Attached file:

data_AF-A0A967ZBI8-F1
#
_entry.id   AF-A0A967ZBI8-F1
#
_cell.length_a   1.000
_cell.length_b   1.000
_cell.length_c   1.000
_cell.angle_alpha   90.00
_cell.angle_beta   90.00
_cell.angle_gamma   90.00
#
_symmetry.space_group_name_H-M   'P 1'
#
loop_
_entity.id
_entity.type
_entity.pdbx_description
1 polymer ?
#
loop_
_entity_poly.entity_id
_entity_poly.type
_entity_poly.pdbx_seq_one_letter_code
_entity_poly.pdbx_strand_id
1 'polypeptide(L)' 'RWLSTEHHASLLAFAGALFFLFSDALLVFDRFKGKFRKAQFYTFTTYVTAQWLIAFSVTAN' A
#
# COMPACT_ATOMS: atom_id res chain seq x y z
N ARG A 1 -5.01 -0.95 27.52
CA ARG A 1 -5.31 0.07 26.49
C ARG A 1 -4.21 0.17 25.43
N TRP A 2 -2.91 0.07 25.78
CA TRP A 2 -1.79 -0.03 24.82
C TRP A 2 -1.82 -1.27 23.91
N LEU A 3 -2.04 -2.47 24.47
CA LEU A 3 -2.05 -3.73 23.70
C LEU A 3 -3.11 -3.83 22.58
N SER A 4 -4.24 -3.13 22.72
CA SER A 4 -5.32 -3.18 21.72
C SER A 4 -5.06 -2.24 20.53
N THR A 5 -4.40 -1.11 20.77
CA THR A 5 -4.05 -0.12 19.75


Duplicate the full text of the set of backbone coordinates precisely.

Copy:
data_AF-A0A967ZBI8-F1
#
_entry.id   AF-A0A967ZBI8-F1
#
_cell.length_a   1.000
_cell.length_b   1.000
_cell.length_c   1.000
_cell.angle_alpha   90.00
_cell.angle_beta   90.00
_cell.angle_gamma   90.00
#
_symmetry.space_group_name_H-M   'P 1'
#
loop_
_entity.id
_entity.type
_entity.pdbx_description
1 polymer ?
#
loop_
_entity_poly.entity_id
_entity_poly.type
_entity_poly.pdbx_seq_one_letter_code
_entity_poly.pdbx_strand_id
1 'polypeptide(L)' 'RWLSTEHHASLLAFAGALFFLFSDALLVFDRFKGKFRKAQFYTFTTYVTAQWLIAFSVTAN' A
#
# COMPACT_ATOMS: atom_id res chain seq x y z
N ARG A 1 -5.01 -0.95 27.52
CA ARG A 1 -5.31 0.07 26.49
C ARG A 1 -4.21 0.17 25.43
N TRP A 2 -2.91 0.07 25.78
CA TRP A 2 -1.79 -0.03 24.82
C TRP A 2 -1.82 -1.27 23.91
N LEU A 3 -2.04 -2.47 24.47
CA LEU A 3 -2.05 -3.73 23.70
C LEU A 3 -3.11 -3.83 22.58
N SER A 4 -4.24 -3.13 22.72
CA SER A 4 -5.32 -3.18 21.72
C SER A 4 -5.06 -2.24 20.53
N THR A 5 -4.40 -1.11 20.77
CA THR A 5 -4.05 -0.12 19.75